- BTE MCU Multi Cervical Unit
- BTE Eval Tech Functional Testing System
Current Leahy and BTE Lab research and training projects include:
- Analysis of upper limb training techniques in post-stroke individuals
- Analysis of muscle activation patterns of quadriceps using open and closed kinetic techniques
- Analysis of the reaching ability on the involved side of individuals who have had a stroke
- Investigation of the efficacy of commonly used open and closed kinetic chain exercises of the lower extremity and how or if they make knee rehabilitation more efficient and effective
- Investigation of hip muscle strength in males with patellofemoral pain syndrome
- Investigation of the impact on pain, function, and lower extremity biomechanics of a core and hip muscle strengthening program as a treatment for adults with knee osteoarthritis affecting the patellofemoral compartment of the knee
- Analysis of hip external and internal rotator muscle strength when measured with the hip at different positions as commonly used in clinical practice
- Research studies evaluating lower extremity muscle strength and endurance, function, motor control, and tendon and muscle structure in healthy individuals and patients with orthopedic injuries, with a special focus on foot, ankle and Achilles tendon injuries. Furthermore, analysis of how these injuries affect the individual's physical activity level, pain and symptoms.
Research and Service Learning
As a physical therapy student, you’ll have the opportunity to become involved in research projects initiated by faculty and to spearhead meaningful community projects on your own. Research involvement gives students a dynamic view of how new techniques and philosophies emerge, while community learning projects allow you to gain experience in presenting wellness topics and developing solutions to address specific health issues, as well as to work hands-on with clients through the process.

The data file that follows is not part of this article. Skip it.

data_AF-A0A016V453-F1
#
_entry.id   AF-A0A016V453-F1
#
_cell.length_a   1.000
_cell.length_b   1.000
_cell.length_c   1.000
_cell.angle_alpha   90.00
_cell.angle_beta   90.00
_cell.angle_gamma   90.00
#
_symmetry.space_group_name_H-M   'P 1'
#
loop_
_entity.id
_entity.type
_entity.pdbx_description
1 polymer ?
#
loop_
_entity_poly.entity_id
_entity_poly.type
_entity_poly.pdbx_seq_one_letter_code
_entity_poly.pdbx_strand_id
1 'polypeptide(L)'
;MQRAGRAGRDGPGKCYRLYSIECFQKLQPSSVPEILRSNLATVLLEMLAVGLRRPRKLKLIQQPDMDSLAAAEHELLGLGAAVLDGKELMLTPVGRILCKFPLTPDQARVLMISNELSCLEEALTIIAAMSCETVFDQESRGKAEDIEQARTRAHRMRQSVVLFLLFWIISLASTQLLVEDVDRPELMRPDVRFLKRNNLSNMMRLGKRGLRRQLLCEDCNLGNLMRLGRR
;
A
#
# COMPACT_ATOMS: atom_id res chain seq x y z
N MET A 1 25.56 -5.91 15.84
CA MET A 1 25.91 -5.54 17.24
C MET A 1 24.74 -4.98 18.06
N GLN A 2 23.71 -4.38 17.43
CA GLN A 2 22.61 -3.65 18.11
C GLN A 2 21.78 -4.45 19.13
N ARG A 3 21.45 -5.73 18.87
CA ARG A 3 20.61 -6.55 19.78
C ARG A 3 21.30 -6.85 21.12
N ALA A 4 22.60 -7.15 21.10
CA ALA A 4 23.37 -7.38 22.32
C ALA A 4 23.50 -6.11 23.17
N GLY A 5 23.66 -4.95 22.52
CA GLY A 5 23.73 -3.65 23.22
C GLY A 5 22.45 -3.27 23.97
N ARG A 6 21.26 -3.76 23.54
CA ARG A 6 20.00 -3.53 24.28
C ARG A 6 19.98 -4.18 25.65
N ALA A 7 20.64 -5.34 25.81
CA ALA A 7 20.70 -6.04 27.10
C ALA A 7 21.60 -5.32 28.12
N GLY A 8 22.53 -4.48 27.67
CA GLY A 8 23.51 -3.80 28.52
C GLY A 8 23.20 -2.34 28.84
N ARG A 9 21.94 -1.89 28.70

Examples of recent service projects include:
- A series of wellness presentations, fliers and brochures provided on campus to faculty, staff and students of the University.
- Development of an interactive exercise and educational website for people with traumatic brain injuries, cerebral vascular accidents, spinal cord injuries and multiple sclerosis
- An online exercise program for cancer patients located on OncoLink
- Participation in the locomotor training program at Magee Rehabilitation, a member of the NeuroRecovery Network
- A health fair at a neighborhood retirement community
- The use of objective measures in hippotherapy.
- Participation in School Trips for Students with Disability: School professionals’ perspectives on strategies for trip planning
Each program at University of the Sciences has developed student learning objectives. PT program student learning objectives are:
- Professional Practice: Graduates will use the best evidence to demonstrate reflective clinical decision making and skill performance in all aspects of patient/client management to achieve optimal outcomes.
- Practice Management: Graduates will be able to practice autonomously within an evolving, complex, and diverse health care environment.
- Leadership: Graduates will be engaged in leadership activities tailored to meet their own goals for professional development.
Physical therapy students must consistently demonstrate, with or without reasonable accommodations, the physical, emotional and cognitive essential functions and technical standards
that are necessary for successful completion of the Physical Therapy Program at the University of the Sciences in Philadelphia.